CSHQA has worked with Whole Foods Market on new and remodeled stores since 2007, yet nothing in our past prepared us for this home town experience. River Park Place, site of the downtown Whole Foods and Walgreens, presented a perfect storm of challenge, opportunity and community.
The Boise River is a precious asset, invaluable to the community and resolutely protected by our city, county and state. Numerous laws safeguard the river and area ground water. To comply with coming EPA requirements, the city determined that the development must manage 100 percent of its stormwater on site, including rooftop drainage. No flooding, no leaching, no adding to the public stormwater system.
River Park Place covers 5.5 acres and is less than 200 yards from the river. Projected stormwater for a 100-year rain event is 1 inch of rain per hour or more than 150,000 gallons per hour. CSHQA civil engineer Jeff Ward researched multiple options and selected an engineered substrate of sand and permeable rock covered with traditional paving and Spec-Pave-100 pavers purchased from Basalite Concrete Products in Meridian.
Site grading directs runoff toward the pavers, where the water drains and is temporarily stored in as much as 44 inches of rock and sand. Natural infiltration then discharges the stormwater. This paver system has been used with great success at the Port of Oakland and by the city of Portland.
When it comes to local sourcing, no opportunity is too small for Whole Foods, including building materials, historical contributions and local artists. Reclaimed barn wood was supplied by Crossroads Lumber. Living Green Solutions supplied plants. Edwards Greenhouse sourced vintage seed packets for wall displays. Classic Design Studios created beautiful brick wall murals. Our own Steve Benner, architect, is the source for the kayak blueprints found near the restrooms.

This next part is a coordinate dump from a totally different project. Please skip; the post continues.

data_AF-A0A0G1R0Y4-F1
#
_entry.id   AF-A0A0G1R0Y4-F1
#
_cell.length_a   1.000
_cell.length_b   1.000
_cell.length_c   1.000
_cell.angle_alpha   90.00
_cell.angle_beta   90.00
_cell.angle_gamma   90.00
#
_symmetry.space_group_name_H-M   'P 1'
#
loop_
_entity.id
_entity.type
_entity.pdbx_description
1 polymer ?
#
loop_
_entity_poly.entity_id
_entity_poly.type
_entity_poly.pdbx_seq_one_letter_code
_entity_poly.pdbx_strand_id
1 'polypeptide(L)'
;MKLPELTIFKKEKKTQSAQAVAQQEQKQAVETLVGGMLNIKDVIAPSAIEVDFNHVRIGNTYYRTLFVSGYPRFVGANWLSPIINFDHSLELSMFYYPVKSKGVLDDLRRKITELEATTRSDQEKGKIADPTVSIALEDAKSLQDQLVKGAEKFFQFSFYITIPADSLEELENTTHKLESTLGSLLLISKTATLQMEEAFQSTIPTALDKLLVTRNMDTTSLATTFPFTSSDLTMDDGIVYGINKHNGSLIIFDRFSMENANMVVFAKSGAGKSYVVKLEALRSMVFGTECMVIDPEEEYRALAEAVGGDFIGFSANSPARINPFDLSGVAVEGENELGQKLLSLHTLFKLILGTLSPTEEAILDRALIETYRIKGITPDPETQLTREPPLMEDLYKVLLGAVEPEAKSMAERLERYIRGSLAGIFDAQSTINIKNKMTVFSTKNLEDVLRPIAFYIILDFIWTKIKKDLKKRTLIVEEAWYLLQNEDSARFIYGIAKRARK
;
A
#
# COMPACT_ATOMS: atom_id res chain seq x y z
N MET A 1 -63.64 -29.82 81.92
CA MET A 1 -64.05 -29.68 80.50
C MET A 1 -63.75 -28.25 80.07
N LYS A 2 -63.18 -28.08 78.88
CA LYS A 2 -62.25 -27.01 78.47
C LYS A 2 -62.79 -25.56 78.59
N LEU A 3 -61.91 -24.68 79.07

The teams commitment to local sourcing brought forth many artists and ideas. It sounds easy, but coordinating working space and installation when a project is going full-tilt is a challenge. It might be simpler to go with something off the shelf, but then it wouldnt be local.
In April 2012, after seven years of economy-driven starts and stops, the project was finally under construction and scheduled to open in February 2013. Then a rumor started that it was behind schedule: bad news again. It wasnt true, but owners, developers, designers and builders didnt like the sense that somehow they were letting the community down. One look at the opening-day crowd and you can see the anticipation was unprecedented.
Project leaders from CSHQA, Engineered Structures Inc. and Whole Foods came together and decided that simple rebuttals of the rumor would not suffice. Why not blow the doors off and actually make the hoped-for opening day of pre-Thanksgiving 2012? That would be a three-month hit to an already aggressive schedule.
What followed was a stunning example of the power of collaboration. CSHQA, led by project managers John Irvine and Tim Sievers, compressed the design schedule. Senior project manager David Bowar, project manager Jeff Russell and ESI superintendent Carl Benjamin reprogrammed the construction schedule. Countless subcontractors and vendors got on board, providing everything from landscaping to refrigeration and fair-trade flowers.
At 7 a.m., Nov. 14, three hours before the store opening, more than 100 people from Whole Foods, product vendors, electricians, refrigeration techs, signage companies, photographers and more were still putting on the final touches. The energy was good, steady and productive. Pride of place was evident. Soon, the Boise State University marching band opened the ceremonies, and it was business as usual for a project and community that are anything but usual.
Patrizia Norberg, principal and project architect, CSHQA.